SCI and ECON Nanotech

Lyle Burkhead (
Thu, 26 Sep 1996 23:11:03 -0500 (EST)

I wrote

> Any system, nano or macro, capable of creating a pipeline,
> will contain within it many human-level intelligences.

to which John Clark replied:

> A modern microprocessor is very complex, yet we can
> manufacture millions of them in automated factories.

Any system, nano or macro, capable of creating microprocessors,
will contain within it many human level-intelligences.

The "automated" factories that you speak of are only automated
at one point in the manufacturing process. The automated machinery
is designed by engineers who understand its purpose, and who
understand how their own jobs fit into the larger scheme of things.
The microprocessors themselves are designed by engineers who know
what microprocessors are for, and who can talk, in human language,
to the engineers who are designing the machines to be used in the
automated factory.

The factories are part of a system which contains many human-level
intelligences: the managers, the accountants, the lawyers, the
programmers who write the software that the other people use, the
teachers who train the employees, the marketing people who sell the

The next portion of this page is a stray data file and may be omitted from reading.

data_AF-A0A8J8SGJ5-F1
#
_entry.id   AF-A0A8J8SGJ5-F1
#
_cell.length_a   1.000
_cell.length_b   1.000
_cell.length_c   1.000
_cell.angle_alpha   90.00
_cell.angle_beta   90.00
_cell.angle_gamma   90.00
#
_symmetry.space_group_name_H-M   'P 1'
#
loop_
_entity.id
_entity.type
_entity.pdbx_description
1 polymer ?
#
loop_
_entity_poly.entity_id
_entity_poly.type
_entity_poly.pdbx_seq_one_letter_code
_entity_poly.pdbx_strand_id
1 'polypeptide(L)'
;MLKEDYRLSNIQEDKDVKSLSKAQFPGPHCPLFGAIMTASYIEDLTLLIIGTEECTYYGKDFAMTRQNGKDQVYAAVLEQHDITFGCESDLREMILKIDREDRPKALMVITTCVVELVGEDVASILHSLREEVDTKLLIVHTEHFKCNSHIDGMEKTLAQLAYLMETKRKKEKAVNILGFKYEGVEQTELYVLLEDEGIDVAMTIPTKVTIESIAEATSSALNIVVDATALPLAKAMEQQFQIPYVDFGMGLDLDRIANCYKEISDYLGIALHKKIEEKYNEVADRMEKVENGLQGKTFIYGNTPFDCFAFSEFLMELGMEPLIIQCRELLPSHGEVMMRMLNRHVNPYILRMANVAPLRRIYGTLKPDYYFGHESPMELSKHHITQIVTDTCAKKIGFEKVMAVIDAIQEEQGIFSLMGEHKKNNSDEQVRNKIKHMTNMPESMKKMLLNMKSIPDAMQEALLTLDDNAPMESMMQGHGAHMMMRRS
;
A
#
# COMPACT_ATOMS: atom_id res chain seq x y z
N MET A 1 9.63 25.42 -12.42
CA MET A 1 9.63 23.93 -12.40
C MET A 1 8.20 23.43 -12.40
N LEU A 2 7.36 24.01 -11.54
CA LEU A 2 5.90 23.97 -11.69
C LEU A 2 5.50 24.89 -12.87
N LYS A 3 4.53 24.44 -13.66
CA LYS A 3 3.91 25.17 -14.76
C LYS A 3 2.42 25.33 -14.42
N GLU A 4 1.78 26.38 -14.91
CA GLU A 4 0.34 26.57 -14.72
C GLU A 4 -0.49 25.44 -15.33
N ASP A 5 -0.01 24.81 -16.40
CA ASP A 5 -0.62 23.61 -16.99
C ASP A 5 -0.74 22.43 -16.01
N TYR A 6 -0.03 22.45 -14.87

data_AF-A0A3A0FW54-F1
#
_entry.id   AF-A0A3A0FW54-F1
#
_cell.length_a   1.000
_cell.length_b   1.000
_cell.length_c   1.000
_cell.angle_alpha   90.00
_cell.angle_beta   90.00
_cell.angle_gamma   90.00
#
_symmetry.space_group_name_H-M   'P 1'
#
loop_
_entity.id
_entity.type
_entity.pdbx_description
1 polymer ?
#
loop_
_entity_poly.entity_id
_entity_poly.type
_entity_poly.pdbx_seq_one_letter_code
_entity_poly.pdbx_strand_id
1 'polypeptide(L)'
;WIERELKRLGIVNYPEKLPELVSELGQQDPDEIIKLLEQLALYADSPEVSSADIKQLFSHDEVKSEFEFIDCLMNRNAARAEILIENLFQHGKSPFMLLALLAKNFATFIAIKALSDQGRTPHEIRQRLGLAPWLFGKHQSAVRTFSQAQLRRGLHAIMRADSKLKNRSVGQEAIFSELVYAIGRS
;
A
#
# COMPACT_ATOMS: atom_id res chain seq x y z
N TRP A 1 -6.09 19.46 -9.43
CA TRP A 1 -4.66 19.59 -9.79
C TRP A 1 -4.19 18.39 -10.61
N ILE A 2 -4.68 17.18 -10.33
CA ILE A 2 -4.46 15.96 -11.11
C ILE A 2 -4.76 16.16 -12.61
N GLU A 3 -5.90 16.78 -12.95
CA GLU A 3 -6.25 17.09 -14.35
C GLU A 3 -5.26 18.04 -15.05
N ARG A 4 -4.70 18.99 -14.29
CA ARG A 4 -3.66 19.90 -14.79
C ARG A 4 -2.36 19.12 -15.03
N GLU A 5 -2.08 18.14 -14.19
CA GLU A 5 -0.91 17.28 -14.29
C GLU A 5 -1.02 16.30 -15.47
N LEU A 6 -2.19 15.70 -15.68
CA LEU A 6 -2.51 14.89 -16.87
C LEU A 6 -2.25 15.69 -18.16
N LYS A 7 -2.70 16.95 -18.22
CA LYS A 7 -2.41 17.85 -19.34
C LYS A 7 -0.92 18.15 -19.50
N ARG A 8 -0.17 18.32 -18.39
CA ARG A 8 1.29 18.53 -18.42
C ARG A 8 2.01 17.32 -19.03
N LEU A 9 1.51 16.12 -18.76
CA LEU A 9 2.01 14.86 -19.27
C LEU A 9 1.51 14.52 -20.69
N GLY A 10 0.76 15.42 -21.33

computers, the stockbrokers who sell stock in the company, and so
forth. All those people are part of the system. They are all there
for a reason. The automated machinery could not exist without them.

If you substitute "agribusiness" for "manufacturing" in this discussion,
the same principle still applies. Instead of engineers you will have
botanists, agronomists, biotechnicians, etc.

John continues:

> Human judgment is not involved whenever one logic gate needs to be
> connected to another, very dumb automatic process do it for us,

I'm not saying human judgment is required at *every* point in the
manufacturing system. I'm saying that human judgment is required at
*many* points.

> If we needed millions of pipelines we would find a way
> to mass produce them too,

Yes, and the same principle would apply to the mass production of
pipelines, or anything else. There are many points where a decision
has to be made by somebody who has an understanding of the project
as a whole, and who understands the purpose of his activity. Such
decisions require human judgment.

Have you ever worked on a construction site? or in a factory, or a
refinery, or any industrial enterprise? I get the feeling that I'm talking
to people who have spent most of their lives writing computer code,
and have no sense of how the physical world works. --But then,
even a software project has to have somebody who understands
what the software is for, and how it fits into the whole scheme of things.
Microsoft employs quite a few entities with human-level intelligence,
and always will.

> We know for sure that it's possible to manufacture
> extremely complex objects, like human beings

No. To "manufacture" something means to make it to a specification.
Human beings are not manufactured to spec. If they were, as in
"Brave New World," a large staff of technicians and other employees
would be required, just as in any other manufacturing system.